• sarahhabsburg

Hotel Customer Loyalty: A New Perspective



I pay close attention to patterns in the business email subject lines I receive, a lot. Staying on top of industry trends requires signing up to many reports and webinars and conferences, so I get a lot of emails.


One keyword phrase that is cropping up more and more in my inbox is “customer loyalty”. I open them all with interest to find the same old stuff, and it frustrates me.


The world has changed. A lot. As a result, of course consumers and their buying decisions have changed.


Customer loyalty, and how to generate more of it, is nothing new, but I am surprised how much old school advice is being regurgitated right now.


It is a whole new ball game, and I am going to disrupt what you already think about it with a fresh new perspective.

But first, let’s address the elephant in the customer-loyalty-concept room.


Leisure guests are not always inclined to return to the same property they have stayed in before, especially if their journey was long-haul.


In many conversations about customer loyalty, I often hear, “but my guests come once, and then they don’t want to hear from me every couple of weeks by email”.


My answer to that is maybe some don’t, but have you tried it?


Have you taken the time to find out what they are interested in?


What their plans are for their next trip?


If they know anyone in the local area whom they might return to visit again?


Have you asked why they chose your property and what motivates them to travel to a certain place?



Here’s the disruptive idea.


Working to create customer loyalty starts way before you even generate a customer.


It starts by understanding human behaviour.


The best marketers on the planet right now are human behaviouralists.


It is time to get in on the game.



I recently watched a presentation by Marcus Murphy from The Five Percent on the Future of Travel Marketing at World Travel Market in London and I was riveted.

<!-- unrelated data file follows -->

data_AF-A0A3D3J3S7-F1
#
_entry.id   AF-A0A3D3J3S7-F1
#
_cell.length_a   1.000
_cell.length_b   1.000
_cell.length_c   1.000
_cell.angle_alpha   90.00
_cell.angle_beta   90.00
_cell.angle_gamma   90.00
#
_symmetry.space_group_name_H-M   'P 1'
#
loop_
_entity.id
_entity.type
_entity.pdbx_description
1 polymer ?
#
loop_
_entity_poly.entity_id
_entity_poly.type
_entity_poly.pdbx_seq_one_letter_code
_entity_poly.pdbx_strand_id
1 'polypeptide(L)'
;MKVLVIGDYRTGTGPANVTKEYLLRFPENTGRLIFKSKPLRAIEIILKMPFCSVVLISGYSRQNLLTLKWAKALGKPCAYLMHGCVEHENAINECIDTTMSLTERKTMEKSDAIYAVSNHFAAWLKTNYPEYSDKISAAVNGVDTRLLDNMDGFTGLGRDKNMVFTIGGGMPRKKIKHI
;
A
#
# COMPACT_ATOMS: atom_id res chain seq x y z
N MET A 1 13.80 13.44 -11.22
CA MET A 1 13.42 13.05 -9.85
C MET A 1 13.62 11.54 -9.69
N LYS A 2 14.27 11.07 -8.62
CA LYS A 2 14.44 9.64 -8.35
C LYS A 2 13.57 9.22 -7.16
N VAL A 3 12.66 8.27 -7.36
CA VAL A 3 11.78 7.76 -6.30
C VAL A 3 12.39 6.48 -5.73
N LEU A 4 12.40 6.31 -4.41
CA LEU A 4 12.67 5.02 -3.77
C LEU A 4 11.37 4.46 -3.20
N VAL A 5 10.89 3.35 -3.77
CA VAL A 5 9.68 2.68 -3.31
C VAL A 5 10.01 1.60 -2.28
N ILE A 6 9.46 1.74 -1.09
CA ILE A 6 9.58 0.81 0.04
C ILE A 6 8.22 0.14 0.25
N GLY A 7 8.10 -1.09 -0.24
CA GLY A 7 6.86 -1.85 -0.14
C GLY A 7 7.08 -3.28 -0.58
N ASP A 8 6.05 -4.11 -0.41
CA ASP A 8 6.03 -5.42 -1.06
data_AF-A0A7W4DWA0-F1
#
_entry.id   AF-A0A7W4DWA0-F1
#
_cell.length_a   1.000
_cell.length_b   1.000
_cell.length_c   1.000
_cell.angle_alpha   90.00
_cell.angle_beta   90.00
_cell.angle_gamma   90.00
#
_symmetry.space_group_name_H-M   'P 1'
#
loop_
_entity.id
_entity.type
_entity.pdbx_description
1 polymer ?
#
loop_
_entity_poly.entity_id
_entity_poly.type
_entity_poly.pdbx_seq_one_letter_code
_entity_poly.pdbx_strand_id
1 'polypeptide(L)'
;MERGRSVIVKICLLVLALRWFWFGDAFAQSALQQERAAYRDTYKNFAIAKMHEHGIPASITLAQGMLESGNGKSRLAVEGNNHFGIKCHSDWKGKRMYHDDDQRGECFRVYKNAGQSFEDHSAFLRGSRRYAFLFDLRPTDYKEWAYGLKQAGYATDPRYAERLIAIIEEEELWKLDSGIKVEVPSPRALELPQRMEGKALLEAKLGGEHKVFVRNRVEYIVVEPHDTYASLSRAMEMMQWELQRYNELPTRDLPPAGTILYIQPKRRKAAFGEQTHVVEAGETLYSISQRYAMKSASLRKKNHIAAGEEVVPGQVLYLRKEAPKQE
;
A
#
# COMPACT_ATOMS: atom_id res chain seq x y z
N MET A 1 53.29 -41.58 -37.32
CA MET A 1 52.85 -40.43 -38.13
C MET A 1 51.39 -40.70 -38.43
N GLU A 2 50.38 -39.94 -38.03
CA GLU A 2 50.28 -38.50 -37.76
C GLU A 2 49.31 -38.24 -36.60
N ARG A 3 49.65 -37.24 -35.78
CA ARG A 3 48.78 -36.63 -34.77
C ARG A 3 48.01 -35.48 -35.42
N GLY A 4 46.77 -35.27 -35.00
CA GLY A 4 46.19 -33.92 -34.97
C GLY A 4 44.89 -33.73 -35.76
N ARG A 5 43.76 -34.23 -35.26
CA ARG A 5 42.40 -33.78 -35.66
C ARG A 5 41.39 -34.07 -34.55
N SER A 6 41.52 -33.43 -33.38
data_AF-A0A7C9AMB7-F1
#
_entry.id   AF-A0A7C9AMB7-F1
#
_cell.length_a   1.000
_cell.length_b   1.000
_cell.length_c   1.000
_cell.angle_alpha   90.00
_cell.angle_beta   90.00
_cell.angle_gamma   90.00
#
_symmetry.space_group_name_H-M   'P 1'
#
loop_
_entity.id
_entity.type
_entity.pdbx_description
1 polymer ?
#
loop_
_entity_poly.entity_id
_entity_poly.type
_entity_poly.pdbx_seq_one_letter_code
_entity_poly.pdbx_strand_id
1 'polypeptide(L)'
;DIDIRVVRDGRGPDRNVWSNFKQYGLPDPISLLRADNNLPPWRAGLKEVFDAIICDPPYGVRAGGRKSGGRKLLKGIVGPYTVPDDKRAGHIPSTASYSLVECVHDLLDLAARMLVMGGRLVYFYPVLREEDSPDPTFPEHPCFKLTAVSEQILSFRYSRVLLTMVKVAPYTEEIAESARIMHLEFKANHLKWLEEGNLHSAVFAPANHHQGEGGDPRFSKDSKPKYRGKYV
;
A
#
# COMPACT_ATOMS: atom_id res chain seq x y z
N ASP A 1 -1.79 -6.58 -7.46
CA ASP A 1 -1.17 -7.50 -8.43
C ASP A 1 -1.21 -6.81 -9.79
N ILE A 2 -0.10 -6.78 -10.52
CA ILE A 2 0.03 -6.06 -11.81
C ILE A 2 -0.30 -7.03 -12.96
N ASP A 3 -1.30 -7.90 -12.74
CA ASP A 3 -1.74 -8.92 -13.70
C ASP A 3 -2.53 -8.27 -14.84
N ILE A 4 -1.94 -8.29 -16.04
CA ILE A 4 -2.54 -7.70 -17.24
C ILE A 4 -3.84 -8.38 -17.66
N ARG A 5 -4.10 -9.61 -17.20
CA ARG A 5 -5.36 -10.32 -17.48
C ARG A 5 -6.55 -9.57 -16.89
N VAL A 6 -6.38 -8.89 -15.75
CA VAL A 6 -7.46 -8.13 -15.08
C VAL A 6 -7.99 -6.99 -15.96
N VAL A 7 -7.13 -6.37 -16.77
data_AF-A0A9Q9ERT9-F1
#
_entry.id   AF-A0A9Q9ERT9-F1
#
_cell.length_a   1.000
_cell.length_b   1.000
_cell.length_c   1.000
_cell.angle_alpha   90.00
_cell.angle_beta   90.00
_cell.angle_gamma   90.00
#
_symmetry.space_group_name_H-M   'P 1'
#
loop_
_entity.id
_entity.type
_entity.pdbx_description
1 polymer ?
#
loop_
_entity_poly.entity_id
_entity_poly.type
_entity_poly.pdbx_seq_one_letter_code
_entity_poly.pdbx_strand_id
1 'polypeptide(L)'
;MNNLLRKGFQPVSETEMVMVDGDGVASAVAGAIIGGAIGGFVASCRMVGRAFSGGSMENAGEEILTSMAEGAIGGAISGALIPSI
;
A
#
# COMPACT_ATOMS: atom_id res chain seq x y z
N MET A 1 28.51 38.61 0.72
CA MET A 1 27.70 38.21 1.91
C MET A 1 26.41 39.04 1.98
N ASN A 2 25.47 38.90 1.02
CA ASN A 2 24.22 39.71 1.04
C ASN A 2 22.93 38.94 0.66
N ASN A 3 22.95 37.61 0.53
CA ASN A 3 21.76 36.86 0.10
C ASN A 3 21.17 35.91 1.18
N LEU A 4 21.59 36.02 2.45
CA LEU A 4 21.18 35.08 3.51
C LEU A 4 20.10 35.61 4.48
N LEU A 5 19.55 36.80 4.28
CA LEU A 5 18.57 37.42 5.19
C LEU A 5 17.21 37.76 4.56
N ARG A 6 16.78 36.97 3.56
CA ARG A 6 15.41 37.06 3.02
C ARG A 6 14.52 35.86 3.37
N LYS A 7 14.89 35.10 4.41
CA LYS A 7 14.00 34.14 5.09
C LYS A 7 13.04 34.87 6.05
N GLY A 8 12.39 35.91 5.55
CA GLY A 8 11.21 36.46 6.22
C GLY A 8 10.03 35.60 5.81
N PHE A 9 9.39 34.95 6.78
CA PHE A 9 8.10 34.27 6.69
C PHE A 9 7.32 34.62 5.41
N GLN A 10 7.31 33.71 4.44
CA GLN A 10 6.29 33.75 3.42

For the first time, I heard a presenter simply but confidently reiterate my own thoughts that the future of travel marketing is about being more human.


Understanding human behaviour is understanding the way that humans act and interact. Scientific research tells us that human behaviour is a complex interplay of three components: actions, cognition, and emotions.




The action or inaction that we take, based on the way we are inspired to think and feel, is also influenced by a variety of mental triggers that work for us all, in varying degrees.


Mental triggers are powerful psychological principles that are biologically hard-wired into our brains and are key drivers behind our decision-making. When used in the right way, they can create a deep and powerful connection with our target audiences.


The mental triggers that are particularly well suited to hospitality marketing are:


Priming: The use of images and content to unlock our subconscious desire to feel engaged and take action.


Surprise / Unexpectedness: Think outside the box to avoid predictability and exceed expectations.


Anticipation: Invest time in capturing attention by generating emotion and imagination.


Authority: So customers can trust you and have confidence in your service.


Social proof: We all love to hear that people just like us have found value in your service.


Reciprocity: Give something for free so people feel like they want to give back.


Understanding your "why": The word “because” is extremely powerful and generates connection of values.


Interaction / Anchoring: Conversation appeals to emotions and builds a sense of community.


Simplicity: Aim to reduce mental load by keeping messaging clear.


Specific: Don’t leave room for questions or doubts about anything to do with your offer.